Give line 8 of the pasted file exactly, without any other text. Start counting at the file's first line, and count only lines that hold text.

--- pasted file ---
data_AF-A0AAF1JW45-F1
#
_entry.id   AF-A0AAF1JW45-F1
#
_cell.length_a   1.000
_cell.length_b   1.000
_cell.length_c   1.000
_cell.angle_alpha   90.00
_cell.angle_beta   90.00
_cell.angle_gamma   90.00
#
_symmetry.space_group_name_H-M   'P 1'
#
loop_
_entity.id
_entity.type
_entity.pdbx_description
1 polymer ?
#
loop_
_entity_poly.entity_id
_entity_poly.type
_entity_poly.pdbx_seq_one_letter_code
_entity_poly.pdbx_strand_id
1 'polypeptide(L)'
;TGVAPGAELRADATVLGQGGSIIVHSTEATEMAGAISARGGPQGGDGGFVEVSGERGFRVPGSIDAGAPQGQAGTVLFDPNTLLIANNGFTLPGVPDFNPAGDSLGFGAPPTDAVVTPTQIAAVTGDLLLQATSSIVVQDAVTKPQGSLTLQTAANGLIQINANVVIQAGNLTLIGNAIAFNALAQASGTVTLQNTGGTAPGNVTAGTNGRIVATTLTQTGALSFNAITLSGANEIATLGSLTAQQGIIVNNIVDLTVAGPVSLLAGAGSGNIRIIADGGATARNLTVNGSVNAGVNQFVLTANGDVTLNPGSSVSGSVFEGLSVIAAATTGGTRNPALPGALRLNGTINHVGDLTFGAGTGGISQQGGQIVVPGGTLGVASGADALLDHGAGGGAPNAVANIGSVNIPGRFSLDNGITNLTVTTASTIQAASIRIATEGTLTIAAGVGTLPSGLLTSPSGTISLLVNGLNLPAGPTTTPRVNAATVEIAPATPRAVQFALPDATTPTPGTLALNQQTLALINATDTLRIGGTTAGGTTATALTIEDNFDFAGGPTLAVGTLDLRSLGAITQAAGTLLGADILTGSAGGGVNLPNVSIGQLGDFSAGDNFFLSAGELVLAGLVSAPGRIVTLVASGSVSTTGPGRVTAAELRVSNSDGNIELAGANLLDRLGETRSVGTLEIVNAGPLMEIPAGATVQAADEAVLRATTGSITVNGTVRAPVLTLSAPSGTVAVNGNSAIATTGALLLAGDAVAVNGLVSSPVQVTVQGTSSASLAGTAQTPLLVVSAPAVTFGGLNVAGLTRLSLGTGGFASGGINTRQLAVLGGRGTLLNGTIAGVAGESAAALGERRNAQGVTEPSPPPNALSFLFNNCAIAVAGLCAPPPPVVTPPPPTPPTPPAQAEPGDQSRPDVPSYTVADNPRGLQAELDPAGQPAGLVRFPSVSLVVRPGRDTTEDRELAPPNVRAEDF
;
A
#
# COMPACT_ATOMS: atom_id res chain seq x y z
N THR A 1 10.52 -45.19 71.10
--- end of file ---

_cell.angle_alpha   90.00